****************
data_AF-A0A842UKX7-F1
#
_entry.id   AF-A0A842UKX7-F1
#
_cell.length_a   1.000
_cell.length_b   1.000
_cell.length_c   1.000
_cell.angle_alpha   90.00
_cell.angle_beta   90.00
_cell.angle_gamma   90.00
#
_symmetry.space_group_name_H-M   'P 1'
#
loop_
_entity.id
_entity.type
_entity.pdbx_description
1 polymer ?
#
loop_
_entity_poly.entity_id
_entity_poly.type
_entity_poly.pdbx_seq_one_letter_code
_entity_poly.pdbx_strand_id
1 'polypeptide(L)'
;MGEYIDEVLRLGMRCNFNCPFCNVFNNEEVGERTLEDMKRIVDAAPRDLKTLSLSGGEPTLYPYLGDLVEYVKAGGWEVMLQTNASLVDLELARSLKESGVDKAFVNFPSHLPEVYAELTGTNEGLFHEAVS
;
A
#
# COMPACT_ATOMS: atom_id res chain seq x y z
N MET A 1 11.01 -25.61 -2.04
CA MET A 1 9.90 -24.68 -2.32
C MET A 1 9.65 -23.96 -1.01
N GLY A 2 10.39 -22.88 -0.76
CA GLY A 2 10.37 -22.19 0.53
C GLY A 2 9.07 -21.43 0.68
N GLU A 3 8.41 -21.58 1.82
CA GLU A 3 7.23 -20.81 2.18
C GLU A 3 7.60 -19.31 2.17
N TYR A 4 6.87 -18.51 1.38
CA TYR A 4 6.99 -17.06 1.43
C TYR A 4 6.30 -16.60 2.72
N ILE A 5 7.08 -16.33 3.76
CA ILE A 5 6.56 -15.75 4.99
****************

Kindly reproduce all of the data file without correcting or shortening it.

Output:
data_AF-A0A842UKX7-F1
#
_entry.id   AF-A0A842UKX7-F1
#
_cell.length_a   1.000
_cell.length_b   1.000
_cell.length_c   1.000
_cell.angle_alpha   90.00
_cell.angle_beta   90.00
_cell.angle_gamma   90.00
#
_symmetry.space_group_name_H-M   'P 1'
#
loop_
_entity.id
_entity.type
_entity.pdbx_description
1 polymer ?
#
loop_
_entity_poly.entity_id
_entity_poly.type
_entity_poly.pdbx_seq_one_letter_code
_entity_poly.pdbx_strand_id
1 'polypeptide(L)'
;MGEYIDEVLRLGMRCNFNCPFCNVFNNEEVGERTLEDMKRIVDAAPRDLKTLSLSGGEPTLYPYLGDLVEYVKAGGWEVMLQTNASLVDLELARSLKESGVDKAFVNFPSHLPEVYAELTGTNEGLFHEAVS
;
A
#
# COMPACT_ATOMS: atom_id res chain seq x y z
N MET A 1 11.01 -25.61 -2.04
CA MET A 1 9.90 -24.68 -2.32
C MET A 1 9.65 -23.96 -1.01
N GLY A 2 10.39 -22.88 -0.76
CA GLY A 2 10.37 -22.19 0.53
C GLY A 2 9.07 -21.43 0.68
N GLU A 3 8.41 -21.58 1.82
CA GLU A 3 7.23 -20.81 2.18
C GLU A 3 7.60 -19.31 2.17
N TYR A 4 6.87 -18.51 1.38
CA TYR A 4 6.99 -17.06 1.43
C TYR A 4 6.30 -16.60 2.72
N ILE A 5 7.08 -16.33 3.76
CA ILE A 5 6.56 -15.75 4.99